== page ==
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Recently, I saw a video about reforestation in Thailand by dropping millions of seed bombs and thought about doing something similar in my own area (at least to start with).

I have zero knowledge about gardening... But I would like to take an initiative about growing more trees.

Why do I want to grow trees? It feels right.

  • I really like nature and the life-cycle of different animals. One animal eats another animal. Those animals eat plants. Plant grows flowers. Some bees rely on flowers. Some plants become trees. Birds build their nests on trees. And we chop those trees for our bed and furniture. I'm not against the use of furniture, but we should at least grow more trees to meet our need.
  • When I go to my office, I see people walking on footpaths under 35-40 degree Celsius (sometimes it touches 45). There is no shade. Many people died from heat stroke last year in my city. Providing shade to pedestrian helps.

So I need expert advice on how I can help my community. What sort of seeds would I need to buy and plant in my neighborhood. And anything else I need to know?

I live in Karachi, Pakistan.

  • 1
    This question is very broad and I suggest narrowing down your question to get useful and meaningful answers. Also, posting pictures of specific areas where you want to plant trees would be useful. – JStorage May 3 '16 at 18:12
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    Hot, but coastal. "Barna trees vanish from Karachi as experts call for diversity in plantation drives" dawn.com/news/1252123 "Citizens put heads together to make Karachi 100,000 trees richer" dawn.com/news/1192938 – Wayfaring Stranger May 4 '16 at 13:39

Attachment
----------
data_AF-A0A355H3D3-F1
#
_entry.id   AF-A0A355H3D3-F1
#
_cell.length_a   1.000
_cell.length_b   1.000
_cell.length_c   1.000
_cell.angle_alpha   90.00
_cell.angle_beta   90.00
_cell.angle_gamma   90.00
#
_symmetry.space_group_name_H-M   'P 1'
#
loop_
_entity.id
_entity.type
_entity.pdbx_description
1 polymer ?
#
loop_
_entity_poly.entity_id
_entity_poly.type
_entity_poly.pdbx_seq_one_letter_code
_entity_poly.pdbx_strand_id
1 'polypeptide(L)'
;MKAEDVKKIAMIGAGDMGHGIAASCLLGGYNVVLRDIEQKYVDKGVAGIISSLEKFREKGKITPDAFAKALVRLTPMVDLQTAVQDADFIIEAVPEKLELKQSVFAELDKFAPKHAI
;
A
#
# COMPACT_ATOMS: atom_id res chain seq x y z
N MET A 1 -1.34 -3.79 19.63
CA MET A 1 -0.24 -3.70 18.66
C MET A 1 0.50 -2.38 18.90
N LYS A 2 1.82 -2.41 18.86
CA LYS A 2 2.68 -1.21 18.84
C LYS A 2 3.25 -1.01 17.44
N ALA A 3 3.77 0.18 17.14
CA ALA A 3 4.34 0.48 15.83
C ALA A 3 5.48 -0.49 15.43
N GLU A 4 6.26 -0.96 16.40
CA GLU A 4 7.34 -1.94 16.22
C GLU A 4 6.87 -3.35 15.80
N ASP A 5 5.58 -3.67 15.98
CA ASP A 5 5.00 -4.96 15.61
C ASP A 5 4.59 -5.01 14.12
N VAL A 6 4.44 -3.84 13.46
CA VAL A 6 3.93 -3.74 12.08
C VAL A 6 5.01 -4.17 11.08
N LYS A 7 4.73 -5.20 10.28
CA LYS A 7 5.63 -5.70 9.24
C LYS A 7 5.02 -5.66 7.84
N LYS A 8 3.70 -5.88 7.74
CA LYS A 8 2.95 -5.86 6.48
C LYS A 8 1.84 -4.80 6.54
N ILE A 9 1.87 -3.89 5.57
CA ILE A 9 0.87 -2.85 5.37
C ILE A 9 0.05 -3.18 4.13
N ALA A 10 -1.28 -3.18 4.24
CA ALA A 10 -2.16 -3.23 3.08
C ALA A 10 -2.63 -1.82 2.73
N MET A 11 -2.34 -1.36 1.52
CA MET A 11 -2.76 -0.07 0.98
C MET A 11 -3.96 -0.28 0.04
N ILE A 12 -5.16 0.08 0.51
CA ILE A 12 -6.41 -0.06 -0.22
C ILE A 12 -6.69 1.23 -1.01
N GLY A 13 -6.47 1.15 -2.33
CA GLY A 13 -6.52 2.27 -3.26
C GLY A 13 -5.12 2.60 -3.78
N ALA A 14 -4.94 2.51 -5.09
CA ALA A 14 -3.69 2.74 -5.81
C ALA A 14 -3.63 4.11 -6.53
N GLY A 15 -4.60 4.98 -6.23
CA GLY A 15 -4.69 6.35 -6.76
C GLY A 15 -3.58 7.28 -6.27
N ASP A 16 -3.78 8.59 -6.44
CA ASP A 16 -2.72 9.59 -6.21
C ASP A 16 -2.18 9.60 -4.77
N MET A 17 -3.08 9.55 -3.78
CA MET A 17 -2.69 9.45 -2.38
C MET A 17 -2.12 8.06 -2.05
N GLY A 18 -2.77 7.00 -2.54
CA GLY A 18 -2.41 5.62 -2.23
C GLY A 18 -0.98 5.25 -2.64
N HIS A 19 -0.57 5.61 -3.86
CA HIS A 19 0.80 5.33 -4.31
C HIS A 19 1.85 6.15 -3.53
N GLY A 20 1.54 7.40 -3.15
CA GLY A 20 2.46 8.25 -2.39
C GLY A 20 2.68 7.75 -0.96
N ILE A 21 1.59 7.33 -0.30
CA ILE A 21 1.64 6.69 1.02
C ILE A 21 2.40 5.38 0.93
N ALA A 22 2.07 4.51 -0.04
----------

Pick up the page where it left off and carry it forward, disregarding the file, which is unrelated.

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You need to contact whatever your town's version of a city planner is. If you go around planting random trees, they're liable to poison them or cut them down. They don't want them growing into peoples septic systems or breaking the sidewalk.

Present your idea tot he city planner and let them know you're interested in trying to get people throughout the city interested in planting and you want their help in coming up with an acceptable list of plants. Probably something that provides shade, doesn't have super aggressive roots, and lives a long time. Around my area, they mostly plant oak trees. They'll plant crepe myrtle or Bradford pear if they want a little more decoration or just smaller trees.

Once you can agree one what types to plant, they need to make sure that the relevant parties know about them and agree not to damage them. This would be anyone that sprays poison, cuts trees, sanitation who might damage them while making their stops, road repair crews etc... It would be a project like a neighborhood garden.

  • funny you should mention the Bradford Pear as it now thought to be a poor choice for an urban planting. see growingthehomegarden.com/2008/04/… Sometimes plantings like Linden trees look good for a while then the problems appear many years later. – kevinsky May 3 '16 at 20:26
  • I really couldn't tell you if any of the ones I mentioned are a "good" idea or not. Those are just the popular trees around her. I guess the oaks have kind of proven themselves out if they've gotten the size they have and haven't had to be removed. – Dalton May 3 '16 at 20:40

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